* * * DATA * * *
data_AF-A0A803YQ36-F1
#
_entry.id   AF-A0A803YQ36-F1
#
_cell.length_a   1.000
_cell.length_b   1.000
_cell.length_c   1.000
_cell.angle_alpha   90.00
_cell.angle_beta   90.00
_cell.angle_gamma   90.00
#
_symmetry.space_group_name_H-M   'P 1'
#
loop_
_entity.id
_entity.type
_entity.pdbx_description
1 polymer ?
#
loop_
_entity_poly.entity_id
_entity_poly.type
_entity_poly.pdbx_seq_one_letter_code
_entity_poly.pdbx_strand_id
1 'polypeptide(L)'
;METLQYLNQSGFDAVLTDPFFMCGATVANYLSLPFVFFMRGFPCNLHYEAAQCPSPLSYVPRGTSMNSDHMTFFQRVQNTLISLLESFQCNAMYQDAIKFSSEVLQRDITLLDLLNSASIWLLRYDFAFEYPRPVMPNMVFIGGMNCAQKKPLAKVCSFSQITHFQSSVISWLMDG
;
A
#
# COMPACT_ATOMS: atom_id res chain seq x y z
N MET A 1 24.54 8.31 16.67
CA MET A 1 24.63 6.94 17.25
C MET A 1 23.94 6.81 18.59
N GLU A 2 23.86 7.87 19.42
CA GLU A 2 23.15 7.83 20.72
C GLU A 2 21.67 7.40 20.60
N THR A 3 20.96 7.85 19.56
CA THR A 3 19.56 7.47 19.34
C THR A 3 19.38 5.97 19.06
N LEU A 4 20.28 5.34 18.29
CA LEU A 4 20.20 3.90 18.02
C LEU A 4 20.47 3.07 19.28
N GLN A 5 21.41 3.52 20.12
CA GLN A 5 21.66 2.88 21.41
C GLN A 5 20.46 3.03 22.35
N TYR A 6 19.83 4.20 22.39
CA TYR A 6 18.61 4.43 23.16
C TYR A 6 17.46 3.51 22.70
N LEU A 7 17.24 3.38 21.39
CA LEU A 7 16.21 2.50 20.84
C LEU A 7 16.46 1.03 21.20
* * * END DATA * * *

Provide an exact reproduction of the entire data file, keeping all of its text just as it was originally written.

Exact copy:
data_AF-A0A803YQ36-F1
#
_entry.id   AF-A0A803YQ36-F1
#
_cell.length_a   1.000
_cell.length_b   1.000
_cell.length_c   1.000
_cell.angle_alpha   90.00
_cell.angle_beta   90.00
_cell.angle_gamma   90.00
#
_symmetry.space_group_name_H-M   'P 1'
#
loop_
_entity.id
_entity.type
_entity.pdbx_description
1 polymer ?
#
loop_
_entity_poly.entity_id
_entity_poly.type
_entity_poly.pdbx_seq_one_letter_code
_entity_poly.pdbx_strand_id
1 'polypeptide(L)'
;METLQYLNQSGFDAVLTDPFFMCGATVANYLSLPFVFFMRGFPCNLHYEAAQCPSPLSYVPRGTSMNSDHMTFFQRVQNTLISLLESFQCNAMYQDAIKFSSEVLQRDITLLDLLNSASIWLLRYDFAFEYPRPVMPNMVFIGGMNCAQKKPLAKVCSFSQITHFQSSVISWLMDG
;
A
#
# COMPACT_ATOMS: atom_id res chain seq x y z
N MET A 1 24.54 8.31 16.67
CA MET A 1 24.63 6.94 17.25
C MET A 1 23.94 6.81 18.59
N GLU A 2 23.86 7.87 19.42
CA GLU A 2 23.15 7.83 20.72
C GLU A 2 21.67 7.40 20.60
N THR A 3 20.96 7.85 19.56
CA THR A 3 19.56 7.47 19.34
C THR A 3 19.38 5.97 19.06
N LEU A 4 20.28 5.34 18.29
CA LEU A 4 20.20 3.90 18.02
C LEU A 4 20.47 3.07 19.28
N GLN A 5 21.41 3.52 20.12
CA GLN A 5 21.66 2.88 21.41
C GLN A 5 20.46 3.03 22.35
N TYR A 6 19.83 4.20 22.39
CA TYR A 6 18.61 4.43 23.16
C TYR A 6 17.46 3.51 22.70
N LEU A 7 17.24 3.38 21.39
CA LEU A 7 16.21 2.50 20.84
C LEU A 7 16.46 1.03 21.20